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|By: Dorothy Secol, CLA (Guest Blogger)
Happy “Double Monday,” TPS readers! You know – that’s when you take a completely “regular” Monday (always hard enough, as is), then put it behind a really long, wonderful, extended, holiday weekend full of turkey, pumpkin pie, fun, family, and free time! Yep. It’s definitely double Monday today, folks! The way we see it, there’s no better time to buckle down, and learn the nuts and bolts of something complex, like how to draft a tricky legal memorandum! We know you’re up for the challenge – just think double Monday, double the caffeine, and some helpful, legal memo drafting advice to get your legal brain kicked into high gear! That’s the spirit.
Reprinted with permission from Dorothy Secol, CLA: www.dorothysecolcla.com.
The first thing to remember when writing a legal document, including a memorandum of law is that clarity is what you aim for. You must be clear about what you want to say, and how you want the reader to understand what you are saying. Be precise about what you are writing. You cannot persuade a court to adopt your point of view if it is vague or ambiguous.
Next, write clearly using as little legalese as possible. Write as if you are conversing with the reader. Write to be understood; don’t show off with long legal phrases or words for which the reader needs a legal dictionary. Use shorter words instead of longer words, and shorter sentences. Use strong nouns and verbs instead of adjectives and adverbs. An example of this is “The rule applies here” instead of “The rule is applicable here”. Cut unnecessary words such as “As demonstrated” and do not use phrases such as “we respectfully request that…”. Do not use “We believe”.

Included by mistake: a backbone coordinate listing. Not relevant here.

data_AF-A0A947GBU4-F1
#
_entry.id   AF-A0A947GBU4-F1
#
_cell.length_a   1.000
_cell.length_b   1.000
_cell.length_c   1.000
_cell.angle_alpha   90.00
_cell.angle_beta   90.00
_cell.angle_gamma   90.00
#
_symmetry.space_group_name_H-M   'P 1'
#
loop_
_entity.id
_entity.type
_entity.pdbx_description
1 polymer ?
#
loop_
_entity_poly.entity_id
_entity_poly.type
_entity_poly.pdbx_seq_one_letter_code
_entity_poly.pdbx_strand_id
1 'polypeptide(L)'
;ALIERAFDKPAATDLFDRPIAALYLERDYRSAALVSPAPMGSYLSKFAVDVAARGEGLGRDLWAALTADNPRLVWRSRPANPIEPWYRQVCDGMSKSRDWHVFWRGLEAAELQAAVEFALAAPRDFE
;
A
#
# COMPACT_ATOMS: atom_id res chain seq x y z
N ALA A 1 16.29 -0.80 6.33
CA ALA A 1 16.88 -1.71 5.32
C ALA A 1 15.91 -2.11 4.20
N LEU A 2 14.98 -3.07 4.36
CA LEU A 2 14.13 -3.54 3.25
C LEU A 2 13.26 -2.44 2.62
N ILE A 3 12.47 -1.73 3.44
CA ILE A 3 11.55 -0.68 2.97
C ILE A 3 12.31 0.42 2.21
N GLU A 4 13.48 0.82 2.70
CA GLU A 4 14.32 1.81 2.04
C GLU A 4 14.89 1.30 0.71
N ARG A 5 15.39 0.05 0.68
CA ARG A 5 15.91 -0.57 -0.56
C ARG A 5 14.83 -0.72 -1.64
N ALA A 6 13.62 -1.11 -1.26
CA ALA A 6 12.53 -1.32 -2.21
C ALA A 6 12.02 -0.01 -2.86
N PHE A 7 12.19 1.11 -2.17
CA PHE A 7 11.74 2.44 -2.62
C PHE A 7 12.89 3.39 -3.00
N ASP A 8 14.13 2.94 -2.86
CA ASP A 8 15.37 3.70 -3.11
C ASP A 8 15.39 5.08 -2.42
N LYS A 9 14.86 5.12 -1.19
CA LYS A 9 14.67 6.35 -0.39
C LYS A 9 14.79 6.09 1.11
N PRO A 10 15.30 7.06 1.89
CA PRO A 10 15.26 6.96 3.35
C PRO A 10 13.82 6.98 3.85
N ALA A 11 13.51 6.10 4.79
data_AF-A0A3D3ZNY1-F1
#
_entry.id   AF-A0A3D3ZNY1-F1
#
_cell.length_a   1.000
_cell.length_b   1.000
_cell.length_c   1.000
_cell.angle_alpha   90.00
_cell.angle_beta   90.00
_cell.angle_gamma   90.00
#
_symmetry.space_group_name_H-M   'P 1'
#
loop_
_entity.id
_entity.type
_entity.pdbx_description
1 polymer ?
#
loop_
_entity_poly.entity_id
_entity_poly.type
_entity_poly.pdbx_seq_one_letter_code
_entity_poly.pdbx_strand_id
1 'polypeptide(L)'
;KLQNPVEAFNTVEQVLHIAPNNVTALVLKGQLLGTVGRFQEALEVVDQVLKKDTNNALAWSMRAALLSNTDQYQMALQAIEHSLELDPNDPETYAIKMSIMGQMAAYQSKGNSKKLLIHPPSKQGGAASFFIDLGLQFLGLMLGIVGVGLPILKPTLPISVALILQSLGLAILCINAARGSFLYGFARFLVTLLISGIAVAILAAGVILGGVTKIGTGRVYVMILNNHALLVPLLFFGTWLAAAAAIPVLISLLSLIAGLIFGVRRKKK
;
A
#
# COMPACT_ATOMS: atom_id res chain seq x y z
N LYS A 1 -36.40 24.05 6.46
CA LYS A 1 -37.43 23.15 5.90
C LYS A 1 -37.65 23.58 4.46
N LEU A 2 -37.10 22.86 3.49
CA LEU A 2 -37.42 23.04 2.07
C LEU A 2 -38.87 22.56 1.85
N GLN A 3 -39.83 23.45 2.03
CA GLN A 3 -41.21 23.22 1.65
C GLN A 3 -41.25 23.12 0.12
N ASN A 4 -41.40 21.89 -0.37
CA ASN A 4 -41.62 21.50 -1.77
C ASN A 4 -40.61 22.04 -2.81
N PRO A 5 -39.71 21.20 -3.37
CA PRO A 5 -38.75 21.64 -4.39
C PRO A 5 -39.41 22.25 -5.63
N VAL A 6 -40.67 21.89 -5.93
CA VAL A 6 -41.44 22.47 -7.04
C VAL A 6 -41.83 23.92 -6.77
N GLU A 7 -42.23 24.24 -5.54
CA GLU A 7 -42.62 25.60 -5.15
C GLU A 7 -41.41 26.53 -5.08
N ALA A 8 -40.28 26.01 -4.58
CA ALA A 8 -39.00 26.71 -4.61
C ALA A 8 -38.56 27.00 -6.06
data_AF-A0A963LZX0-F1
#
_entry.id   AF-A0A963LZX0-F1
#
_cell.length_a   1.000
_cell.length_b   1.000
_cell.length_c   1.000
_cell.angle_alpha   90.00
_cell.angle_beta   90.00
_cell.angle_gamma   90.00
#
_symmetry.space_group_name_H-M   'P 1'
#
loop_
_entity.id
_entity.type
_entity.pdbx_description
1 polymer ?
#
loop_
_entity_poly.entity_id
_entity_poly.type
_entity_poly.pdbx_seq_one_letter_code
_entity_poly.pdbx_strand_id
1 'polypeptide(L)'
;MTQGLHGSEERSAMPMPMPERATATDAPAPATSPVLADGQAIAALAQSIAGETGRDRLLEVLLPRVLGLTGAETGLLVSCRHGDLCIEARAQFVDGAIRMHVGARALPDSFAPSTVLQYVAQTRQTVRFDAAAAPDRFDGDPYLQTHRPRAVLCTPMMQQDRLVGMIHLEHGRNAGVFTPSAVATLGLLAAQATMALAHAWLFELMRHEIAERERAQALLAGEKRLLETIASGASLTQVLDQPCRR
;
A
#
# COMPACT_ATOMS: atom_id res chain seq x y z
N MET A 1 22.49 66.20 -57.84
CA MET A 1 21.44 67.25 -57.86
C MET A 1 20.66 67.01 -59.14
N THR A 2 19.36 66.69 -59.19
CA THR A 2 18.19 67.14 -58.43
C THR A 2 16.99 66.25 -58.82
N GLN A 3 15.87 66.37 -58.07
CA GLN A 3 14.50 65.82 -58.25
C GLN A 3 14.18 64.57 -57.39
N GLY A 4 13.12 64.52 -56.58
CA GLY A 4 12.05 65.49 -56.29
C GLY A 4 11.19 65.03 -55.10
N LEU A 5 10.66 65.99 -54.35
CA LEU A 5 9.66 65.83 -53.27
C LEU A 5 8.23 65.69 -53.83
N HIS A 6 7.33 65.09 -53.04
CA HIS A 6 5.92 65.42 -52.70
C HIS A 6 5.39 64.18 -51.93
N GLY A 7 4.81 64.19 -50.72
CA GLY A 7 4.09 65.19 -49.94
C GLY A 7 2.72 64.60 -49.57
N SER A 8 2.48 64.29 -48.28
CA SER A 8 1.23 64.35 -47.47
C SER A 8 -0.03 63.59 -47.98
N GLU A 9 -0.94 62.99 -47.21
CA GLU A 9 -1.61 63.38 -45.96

Keep your paragraphs short, limited to four or five sentences if possible. Use headings and subheadings to keep your reader’s thoughts organized while he/she is reading your memorandum. Try to avoid footnotes and personality attacks.
The first paragraph of your memorandum should be as attention-getting as any other lead-in piece of writing. Draw your reader in. Make it interesting. Be creative and promote your argument. Show that you have style. In your preliminary statement or immediately after it, summarize, in a few paragraphs or lines, why your reader should grant the relief sought.
Your statement of disputed facts should be a succinct and clear paragraph in which each disputed fact, or fact as the case may be, is stated simply. Next, start your arguments. Again, give each point you wish to argue, a heading or subheading. Be thorough in your headings. An example would be “The Court Should Grant Summary Judgment Because There is No Valid Lien to Avoid.” Finally, give a conclusion as to why your reader should grant the relief sought.
If this is an interoffice memorandum, the format is the same, except that you are not asking for relief, but giving law and argument regarding the issues or questions that you have been assigned. An internal memorandum is a discussion of the case.
Always think carefully about the persuasive force of the precedent, and discuss the holding of that case in your memorandum. Tell the reader the holding of any case you cite, first. Then discuss how your case relates to the precedent.